citizens, whose wisdom may best discern the true interest of their country, and
whose patriotism and love of justice will be least likely to sacrifice it to
temporary or partial considerations. . . . The question resulting is, whether
small or extensive republics are more favorable to the election of proper
guardians of the public weal; and it is clearly decided in favor of the latter by
two obvious considerations:
In the first place, it is to be remarked that, however small the republic may
be, the representatives must be raised to a certain number, in order to guard
against the cabals of a few; and that, however large it may be, they must be
limited to a certain number, in order to guard against the confusion of a
multitude. . . .
In the next place, as each representative will be chosen by a greater number
of citizens in the large than in the small republic, it will be more difficult for
unworthy candidates to practice with success the vicious arts by which
elections are too often carried and, the suffrages of the people being more free,
will be more likely to center in men who possess the most attractive merit and
the most diffusive and established characters.
It must be confessed that in this, as in most other cases, there is a mean, on
both sides of which inconveniences will be found to lie. By enlarging too
much the number of electors, you render the representative too little
acquainted with all their local circumstances and lesser interests; as by
reducing it too much, you render him unduly attached to these and too little
fit to comprehend and pursue great and national objects. The federal
Constitution forms a happy combination in this respect; the great and
aggregate interests being referred to the national, the local, and particular to
the state legislatures.
The other point of difference is the greater number of citizens and extent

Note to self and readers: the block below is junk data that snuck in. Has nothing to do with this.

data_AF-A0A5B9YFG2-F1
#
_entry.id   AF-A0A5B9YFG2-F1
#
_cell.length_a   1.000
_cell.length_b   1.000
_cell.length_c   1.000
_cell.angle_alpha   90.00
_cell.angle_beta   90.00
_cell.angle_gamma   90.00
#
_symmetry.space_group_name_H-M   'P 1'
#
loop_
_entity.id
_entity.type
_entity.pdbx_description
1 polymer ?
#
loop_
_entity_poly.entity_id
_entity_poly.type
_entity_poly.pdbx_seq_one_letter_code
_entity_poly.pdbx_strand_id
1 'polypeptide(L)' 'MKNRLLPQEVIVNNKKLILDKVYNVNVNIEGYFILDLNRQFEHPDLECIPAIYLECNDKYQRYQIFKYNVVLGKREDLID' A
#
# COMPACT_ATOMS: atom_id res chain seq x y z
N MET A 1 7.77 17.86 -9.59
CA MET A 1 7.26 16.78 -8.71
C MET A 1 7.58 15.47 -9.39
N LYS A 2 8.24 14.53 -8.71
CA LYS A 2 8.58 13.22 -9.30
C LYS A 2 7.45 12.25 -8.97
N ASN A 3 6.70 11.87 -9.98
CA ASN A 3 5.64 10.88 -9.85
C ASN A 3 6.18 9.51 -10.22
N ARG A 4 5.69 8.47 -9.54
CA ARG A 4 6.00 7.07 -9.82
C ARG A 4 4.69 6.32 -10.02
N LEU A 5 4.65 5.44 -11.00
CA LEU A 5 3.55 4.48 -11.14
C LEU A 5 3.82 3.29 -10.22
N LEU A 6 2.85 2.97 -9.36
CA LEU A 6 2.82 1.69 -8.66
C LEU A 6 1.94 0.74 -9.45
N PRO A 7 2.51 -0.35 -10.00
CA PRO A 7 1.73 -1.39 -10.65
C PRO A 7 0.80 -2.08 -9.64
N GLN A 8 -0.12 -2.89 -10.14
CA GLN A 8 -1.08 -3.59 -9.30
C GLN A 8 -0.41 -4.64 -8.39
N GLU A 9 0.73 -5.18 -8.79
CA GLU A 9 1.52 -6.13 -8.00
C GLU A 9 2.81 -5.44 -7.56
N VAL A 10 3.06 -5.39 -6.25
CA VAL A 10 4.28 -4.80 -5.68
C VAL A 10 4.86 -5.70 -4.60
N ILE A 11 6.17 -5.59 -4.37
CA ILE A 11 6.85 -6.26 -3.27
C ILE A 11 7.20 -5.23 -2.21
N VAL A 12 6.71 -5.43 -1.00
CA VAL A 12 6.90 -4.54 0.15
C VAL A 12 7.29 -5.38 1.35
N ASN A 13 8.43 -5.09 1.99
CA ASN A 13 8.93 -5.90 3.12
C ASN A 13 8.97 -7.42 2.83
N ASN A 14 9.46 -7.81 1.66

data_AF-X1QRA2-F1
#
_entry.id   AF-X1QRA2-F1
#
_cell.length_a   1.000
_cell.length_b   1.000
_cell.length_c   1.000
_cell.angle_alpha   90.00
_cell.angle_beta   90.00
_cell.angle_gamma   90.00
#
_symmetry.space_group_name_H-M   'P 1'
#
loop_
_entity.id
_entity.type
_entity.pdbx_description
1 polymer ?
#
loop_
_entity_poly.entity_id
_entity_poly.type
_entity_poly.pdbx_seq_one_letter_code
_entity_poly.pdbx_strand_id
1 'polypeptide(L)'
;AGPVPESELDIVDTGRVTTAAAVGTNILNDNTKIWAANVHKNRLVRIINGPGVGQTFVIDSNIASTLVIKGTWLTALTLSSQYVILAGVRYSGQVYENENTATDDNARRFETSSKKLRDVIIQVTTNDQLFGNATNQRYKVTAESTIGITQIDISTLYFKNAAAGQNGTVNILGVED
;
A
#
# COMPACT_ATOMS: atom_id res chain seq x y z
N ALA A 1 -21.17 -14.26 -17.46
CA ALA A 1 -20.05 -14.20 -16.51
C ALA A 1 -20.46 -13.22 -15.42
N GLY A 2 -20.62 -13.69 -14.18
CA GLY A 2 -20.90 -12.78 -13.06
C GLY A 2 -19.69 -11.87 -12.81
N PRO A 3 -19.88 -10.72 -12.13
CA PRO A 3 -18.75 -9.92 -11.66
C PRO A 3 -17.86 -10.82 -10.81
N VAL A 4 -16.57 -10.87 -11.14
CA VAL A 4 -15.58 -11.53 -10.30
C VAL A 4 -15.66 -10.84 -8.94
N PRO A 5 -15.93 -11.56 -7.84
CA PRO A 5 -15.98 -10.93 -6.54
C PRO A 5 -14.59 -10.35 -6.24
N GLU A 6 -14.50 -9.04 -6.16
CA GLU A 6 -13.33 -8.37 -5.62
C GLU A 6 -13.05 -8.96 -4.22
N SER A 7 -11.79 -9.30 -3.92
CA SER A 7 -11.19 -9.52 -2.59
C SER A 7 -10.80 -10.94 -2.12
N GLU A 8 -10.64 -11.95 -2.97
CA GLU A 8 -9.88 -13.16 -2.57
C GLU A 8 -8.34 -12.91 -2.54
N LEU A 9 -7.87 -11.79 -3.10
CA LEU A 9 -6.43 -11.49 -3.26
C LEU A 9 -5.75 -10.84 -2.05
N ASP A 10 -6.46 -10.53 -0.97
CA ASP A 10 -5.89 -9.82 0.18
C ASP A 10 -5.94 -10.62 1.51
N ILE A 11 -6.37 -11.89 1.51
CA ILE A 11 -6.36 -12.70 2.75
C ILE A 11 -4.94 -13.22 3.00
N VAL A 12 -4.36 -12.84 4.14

of territory which may be brought within the compass of republican than of
democratic government; and it is this circumstance principally which renders
factious combinations less to be dreaded in the former than in the latter. The
smaller the society, the fewer probably will be the distinct parties and interests
composing it. . . . Extend the sphere and you take in a greater variety of parties
and interests; you make it less probable that a majority of the whole will have a
common motive to invade the rights of other citizens; or if such a common
motive exists, it will be more difficult for all who feel it to discover their own
strength and to act in unison with each other. . . .
Hence, it clearly appears that the same advantage which a republic has over
a democracy, in controlling the effects of factions, is enjoyed by a large over a
small republic—is enjoyed by the Union over the states composing it. . . .
Copyright © by The McGraw-Hill Companies, Inc.
The Federalist, Paper Number 10
In the extent and proper structure of the Union, therefore, we behold a
republican remedy for the diseases most incident to republican government.
And according to the degree of pleasure and pride we feel in being republicans,
ought to be our zeal in cherishing the spirit and supporting the character of
Copyright © by The McGraw-Hill Companies, Inc.
The Federalist, Paper Number 10